Paper-free travel extended

Wang Yong
Several billion trips are made by train in China every year. Suppose one day all will use electronic tickets only, how much paper and trees will we save?
Wang Yong

When my wife and I went to Suzhou (half an hour from Shanghai by train) over the weekend, we were surprised to find that we could, for the first time, swipe our way into the train station with a mobile app — a latest signal of paper-free travel in the Yangtze River Delta region.

Xinhua news agency reported last week that the delta region has now formally bid farewell to paper tickets for travel on high-speed trains arriving at or passing through its turf. In addition to a mobile app, one can swipe his or her ID card to get into and out of a train station. If one needs a certificate for reimbursement, he or she can have an electronic ticket printed out on an automatic machine or at a service window at a railway station.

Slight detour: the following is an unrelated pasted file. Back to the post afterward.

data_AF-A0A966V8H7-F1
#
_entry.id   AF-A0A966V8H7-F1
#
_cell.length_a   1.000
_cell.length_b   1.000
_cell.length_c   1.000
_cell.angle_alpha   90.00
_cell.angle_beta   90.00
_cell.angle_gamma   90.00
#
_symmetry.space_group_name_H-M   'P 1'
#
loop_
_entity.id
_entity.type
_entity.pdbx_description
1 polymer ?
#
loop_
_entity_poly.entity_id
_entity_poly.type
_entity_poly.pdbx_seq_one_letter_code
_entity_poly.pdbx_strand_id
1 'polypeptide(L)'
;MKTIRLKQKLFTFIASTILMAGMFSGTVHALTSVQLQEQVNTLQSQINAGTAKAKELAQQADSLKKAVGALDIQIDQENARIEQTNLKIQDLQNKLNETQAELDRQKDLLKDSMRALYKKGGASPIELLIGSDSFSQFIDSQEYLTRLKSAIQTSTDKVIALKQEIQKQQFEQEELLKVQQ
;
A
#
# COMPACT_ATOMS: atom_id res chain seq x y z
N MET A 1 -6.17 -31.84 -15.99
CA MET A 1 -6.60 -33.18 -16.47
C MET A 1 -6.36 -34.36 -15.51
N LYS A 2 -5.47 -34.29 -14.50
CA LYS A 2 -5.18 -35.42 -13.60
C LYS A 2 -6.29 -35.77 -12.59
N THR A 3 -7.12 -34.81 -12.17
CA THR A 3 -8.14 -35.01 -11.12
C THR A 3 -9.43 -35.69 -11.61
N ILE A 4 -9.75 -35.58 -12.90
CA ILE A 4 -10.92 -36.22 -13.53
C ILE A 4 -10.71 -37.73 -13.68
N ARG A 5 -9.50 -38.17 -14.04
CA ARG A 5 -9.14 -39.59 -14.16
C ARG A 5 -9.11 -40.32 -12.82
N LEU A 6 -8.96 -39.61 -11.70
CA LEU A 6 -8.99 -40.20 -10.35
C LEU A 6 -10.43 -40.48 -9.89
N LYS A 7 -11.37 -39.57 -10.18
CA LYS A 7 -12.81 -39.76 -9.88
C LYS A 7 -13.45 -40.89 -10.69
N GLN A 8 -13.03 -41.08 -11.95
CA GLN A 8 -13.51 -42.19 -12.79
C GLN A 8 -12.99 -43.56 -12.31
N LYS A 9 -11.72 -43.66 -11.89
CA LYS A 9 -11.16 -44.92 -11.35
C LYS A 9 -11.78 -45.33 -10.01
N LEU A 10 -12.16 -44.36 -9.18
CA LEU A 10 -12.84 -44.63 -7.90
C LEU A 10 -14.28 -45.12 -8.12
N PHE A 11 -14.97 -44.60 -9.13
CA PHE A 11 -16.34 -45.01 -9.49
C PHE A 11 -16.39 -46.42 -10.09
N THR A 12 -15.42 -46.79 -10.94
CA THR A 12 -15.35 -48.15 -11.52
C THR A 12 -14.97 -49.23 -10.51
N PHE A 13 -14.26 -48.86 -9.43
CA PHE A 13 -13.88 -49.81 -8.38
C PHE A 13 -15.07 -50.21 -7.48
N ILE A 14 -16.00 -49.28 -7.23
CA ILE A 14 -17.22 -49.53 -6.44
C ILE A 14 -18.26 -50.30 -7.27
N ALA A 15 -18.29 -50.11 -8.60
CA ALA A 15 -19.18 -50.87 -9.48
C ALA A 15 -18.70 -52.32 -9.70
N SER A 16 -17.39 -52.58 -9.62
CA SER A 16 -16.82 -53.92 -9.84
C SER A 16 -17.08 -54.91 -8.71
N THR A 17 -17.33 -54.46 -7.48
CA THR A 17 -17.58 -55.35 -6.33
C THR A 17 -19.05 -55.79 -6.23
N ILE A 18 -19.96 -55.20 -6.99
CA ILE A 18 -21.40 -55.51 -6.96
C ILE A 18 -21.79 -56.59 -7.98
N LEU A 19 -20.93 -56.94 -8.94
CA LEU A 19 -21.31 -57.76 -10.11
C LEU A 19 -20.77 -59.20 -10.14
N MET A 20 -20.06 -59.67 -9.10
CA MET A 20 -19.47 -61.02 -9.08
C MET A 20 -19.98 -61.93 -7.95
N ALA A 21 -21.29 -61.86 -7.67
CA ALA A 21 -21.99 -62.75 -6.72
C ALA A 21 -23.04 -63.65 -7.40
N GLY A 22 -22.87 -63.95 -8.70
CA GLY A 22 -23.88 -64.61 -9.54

We’ve been using our ID cards for paper-free travels for quite some time, to be sure, but until Saturday, we still had to print a paper ticket or scrutinize a wall screen to get our gate information. This time, however, all information available on a paper ticket, including that about our boarding gate, popped up on our phones.

Several billion trips are made by train in China every year. Suppose one day all will use electronic tickets only, how much paper and trees will we save?

Suppose one day all can reimburse their travel expenses with electronic certificates, how much more will we save to make this planet a better place to live?

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